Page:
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Slovak investigative journalist Jan Kuciak and his fiancee Martina Kusnirova were killed in February 2018, sparking widespread protests. (file photo)

A Slovak court has sentenced one of five suspects who have been charged with involvement in the murder of Slovak investigative journalist Jan Kuciak and his fiancee.

Zoltan Andrusko, 42, was given a 15-year prison sentence on December 30 and was the only suspect to confess and seek a plea deal to act as a witness in the case.

Prosecutors allege he was the middleman who was tasked with finding the hitmen to kill Kuciak.

The anti-graft reporter and Martina Kusnirova, both 27, were gunned down in their house outside the capital, Bratislava, in February 2018.

The double homicide sparked massive protests that led to the resignation of Prime Minister Robert Fico.

Entrepreneur Marian Kocner, whom Kuciak often reported about in relation to fraud cases involving politically connected businessmen, is accused of contracting the killing.

The court rejected Andrusko’s 10-year plea deal with prosecutors on December 30 and proposed a longer sentence, which he accepted.

"This court considers the extraordinary reduced sentence as justified, as well as logical, but the court, by its decision, should seek justice not only for the accused but for all sides of the case, for society, for justice in the law," newspaper Dennik N cited judge Pamela Zaleska as saying.

Along with Kocner, three other defendants -- alleged gunmen Tomas Szabo and Miroslav Marcek, and intermediary Alena Zsuzsova -- who are all in custody -- are scheduled to face trial in the town of Pezinok on January 13.

According to the indictment, Kocner decided "to get rid of Jan Kuciak physically and thus prevent further disclosure of his [Kocner's] activities" after failing to find "any dirt" to discredit the journalist.

Given that the investigation exposed links between Kocner and police and public officials, the case is seen as a test of Slovak judicial independence.

If convicted, businessman Kocner faces a minimum of 25 years in prison but could be jailed for life.

The killing of Kuciak and Kusnirova stoked public anger over perceived corruption in Slovakia, prompting Fico to step down as prime minister in March 2018.

With reporting by Dennik N, AFP, and Reuters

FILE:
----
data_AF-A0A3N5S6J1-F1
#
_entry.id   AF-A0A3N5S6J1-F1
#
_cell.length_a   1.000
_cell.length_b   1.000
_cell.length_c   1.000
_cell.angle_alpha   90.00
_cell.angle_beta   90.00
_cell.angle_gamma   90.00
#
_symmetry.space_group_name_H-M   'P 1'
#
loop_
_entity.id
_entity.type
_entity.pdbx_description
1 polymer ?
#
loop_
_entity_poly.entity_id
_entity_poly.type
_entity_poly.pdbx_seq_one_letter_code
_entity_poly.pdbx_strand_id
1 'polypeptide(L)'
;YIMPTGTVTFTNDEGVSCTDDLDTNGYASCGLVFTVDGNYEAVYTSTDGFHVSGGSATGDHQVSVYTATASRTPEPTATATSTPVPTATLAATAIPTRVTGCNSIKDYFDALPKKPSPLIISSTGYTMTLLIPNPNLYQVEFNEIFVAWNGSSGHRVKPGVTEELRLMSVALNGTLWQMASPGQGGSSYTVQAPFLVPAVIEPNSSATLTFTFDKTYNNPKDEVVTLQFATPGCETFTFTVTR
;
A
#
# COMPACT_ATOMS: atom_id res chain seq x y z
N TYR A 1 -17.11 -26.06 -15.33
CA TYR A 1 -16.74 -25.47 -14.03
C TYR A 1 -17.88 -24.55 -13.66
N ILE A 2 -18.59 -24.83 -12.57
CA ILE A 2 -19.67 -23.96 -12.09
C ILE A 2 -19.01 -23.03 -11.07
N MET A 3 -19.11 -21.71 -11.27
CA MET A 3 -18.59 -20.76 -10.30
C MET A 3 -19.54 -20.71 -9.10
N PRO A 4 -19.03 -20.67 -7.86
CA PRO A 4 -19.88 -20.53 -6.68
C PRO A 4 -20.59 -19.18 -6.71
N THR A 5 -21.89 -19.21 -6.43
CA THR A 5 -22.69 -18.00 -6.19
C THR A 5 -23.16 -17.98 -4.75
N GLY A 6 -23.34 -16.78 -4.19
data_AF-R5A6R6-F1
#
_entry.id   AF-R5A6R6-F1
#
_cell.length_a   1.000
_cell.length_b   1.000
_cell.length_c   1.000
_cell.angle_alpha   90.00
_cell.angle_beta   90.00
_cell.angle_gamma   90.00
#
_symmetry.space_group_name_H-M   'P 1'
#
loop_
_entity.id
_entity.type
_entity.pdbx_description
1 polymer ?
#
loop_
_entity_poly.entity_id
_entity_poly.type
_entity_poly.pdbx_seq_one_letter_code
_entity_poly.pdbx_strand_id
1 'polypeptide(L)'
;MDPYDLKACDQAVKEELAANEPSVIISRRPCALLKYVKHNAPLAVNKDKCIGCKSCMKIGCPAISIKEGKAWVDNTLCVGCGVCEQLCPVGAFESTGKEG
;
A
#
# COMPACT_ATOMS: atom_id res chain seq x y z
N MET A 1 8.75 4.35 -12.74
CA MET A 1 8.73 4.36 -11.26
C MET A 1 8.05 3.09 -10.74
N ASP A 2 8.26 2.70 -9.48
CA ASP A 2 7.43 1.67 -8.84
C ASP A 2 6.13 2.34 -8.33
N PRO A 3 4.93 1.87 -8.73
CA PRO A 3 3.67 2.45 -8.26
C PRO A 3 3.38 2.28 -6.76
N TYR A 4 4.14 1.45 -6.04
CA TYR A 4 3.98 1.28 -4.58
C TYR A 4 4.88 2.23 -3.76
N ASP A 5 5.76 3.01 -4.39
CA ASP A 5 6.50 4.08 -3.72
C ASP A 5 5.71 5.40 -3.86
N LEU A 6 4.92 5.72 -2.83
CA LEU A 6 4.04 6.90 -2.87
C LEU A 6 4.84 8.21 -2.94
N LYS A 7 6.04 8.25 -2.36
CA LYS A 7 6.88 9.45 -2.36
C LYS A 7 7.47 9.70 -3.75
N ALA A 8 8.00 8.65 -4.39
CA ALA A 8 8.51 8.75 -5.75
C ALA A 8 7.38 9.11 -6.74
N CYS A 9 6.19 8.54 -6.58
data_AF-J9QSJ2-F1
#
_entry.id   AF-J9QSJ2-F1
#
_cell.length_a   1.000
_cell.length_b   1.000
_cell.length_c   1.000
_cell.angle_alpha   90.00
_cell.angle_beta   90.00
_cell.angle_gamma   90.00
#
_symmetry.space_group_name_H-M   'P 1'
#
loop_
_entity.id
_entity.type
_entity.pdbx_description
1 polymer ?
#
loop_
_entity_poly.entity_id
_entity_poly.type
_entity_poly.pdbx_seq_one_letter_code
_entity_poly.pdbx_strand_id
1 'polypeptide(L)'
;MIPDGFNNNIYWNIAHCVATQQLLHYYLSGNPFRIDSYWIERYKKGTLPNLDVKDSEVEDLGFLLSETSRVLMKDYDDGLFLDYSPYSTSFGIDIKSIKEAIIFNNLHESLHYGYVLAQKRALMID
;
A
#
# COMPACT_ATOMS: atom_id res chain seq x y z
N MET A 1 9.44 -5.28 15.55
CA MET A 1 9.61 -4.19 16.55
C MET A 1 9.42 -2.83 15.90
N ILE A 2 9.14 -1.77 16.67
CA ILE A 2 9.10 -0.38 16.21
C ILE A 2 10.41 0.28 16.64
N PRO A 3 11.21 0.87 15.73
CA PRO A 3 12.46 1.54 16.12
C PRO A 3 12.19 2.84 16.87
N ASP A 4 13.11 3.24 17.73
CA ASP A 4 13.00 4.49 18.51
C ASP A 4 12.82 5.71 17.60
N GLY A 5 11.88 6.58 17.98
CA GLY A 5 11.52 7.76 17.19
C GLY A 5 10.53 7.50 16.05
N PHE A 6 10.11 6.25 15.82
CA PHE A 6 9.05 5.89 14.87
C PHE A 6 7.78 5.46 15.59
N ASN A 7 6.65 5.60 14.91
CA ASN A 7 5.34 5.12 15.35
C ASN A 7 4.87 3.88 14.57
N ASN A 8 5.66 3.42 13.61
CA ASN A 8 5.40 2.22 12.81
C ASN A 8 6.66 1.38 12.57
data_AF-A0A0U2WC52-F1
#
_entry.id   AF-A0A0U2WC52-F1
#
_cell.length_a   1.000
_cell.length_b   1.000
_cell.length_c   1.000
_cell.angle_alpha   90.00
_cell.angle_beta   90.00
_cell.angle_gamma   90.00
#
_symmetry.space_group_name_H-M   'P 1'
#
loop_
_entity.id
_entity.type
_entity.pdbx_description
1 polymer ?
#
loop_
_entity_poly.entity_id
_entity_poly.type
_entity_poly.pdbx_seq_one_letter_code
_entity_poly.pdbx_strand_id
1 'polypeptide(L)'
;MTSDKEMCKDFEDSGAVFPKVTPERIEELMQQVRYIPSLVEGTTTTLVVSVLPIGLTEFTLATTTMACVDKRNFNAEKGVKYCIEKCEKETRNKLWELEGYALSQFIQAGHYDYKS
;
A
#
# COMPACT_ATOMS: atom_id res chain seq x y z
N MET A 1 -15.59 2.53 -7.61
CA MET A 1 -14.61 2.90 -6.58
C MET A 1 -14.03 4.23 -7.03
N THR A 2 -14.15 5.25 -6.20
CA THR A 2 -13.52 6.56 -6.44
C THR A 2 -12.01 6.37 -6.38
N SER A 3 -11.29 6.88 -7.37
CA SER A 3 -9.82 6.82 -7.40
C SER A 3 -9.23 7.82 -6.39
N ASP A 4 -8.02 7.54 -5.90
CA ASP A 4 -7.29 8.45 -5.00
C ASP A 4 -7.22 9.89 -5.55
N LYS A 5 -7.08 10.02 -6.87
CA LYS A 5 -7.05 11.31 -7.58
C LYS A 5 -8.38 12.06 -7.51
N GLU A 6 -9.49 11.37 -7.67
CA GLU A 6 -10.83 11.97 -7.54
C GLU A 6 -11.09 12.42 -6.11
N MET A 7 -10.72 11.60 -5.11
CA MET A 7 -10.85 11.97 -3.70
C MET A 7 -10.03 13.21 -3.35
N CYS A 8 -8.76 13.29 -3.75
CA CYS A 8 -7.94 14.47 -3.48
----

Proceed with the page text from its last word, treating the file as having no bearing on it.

A Yalta-based blogger who initially supported Russia's annexation of Crimea but then later wrote critical posts about officials has been deported to Ukraine.

Yevhen Gayvoronskiy was taken by officers of Russia’s Federal Security Service (FSB) and Migration Service to Ukraine's border in the Luhansk region, said Refat Chubarov, the chairman of the Mejlis of the Crimean Tatar people, in a Facebook post on December 31.

He was due to arrive in Kyiv later that day, Chubarov said.

A Yalta court earlier this month ruled that Gayvoronskiy should be deported after earlier concluding that he was improperly given a Russian passport.

Russia annexed Ukraine's Crimean Peninsula in March 2014 and later gave residents Russian passports.

Gayvoronskiy was detained on October 22 for avoiding drug treatment, two weeks after he posted on his Facebook page critical comments about Russian President Vladimir Putin.

A court found him guilty of an administrative violation for the post.

The blogger was also arrested in March for 12 days on charges of taking drugs without a doctor's prescription and required to undergo treatment. Gayvoronskiy called the accusation "nonsense."

Shortly after the March arrest, he began to post "pro-Ukrainian" comments on social media, resulting in his termination at a pro-Russian outlet in Crimea.

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"Watchdog" is a blog with a singular mission -- to monitor the latest developments concerning human rights, civil society, and press freedom. We'll pay particular attention to reports concerning countries in RFE/RL's broadcast region.

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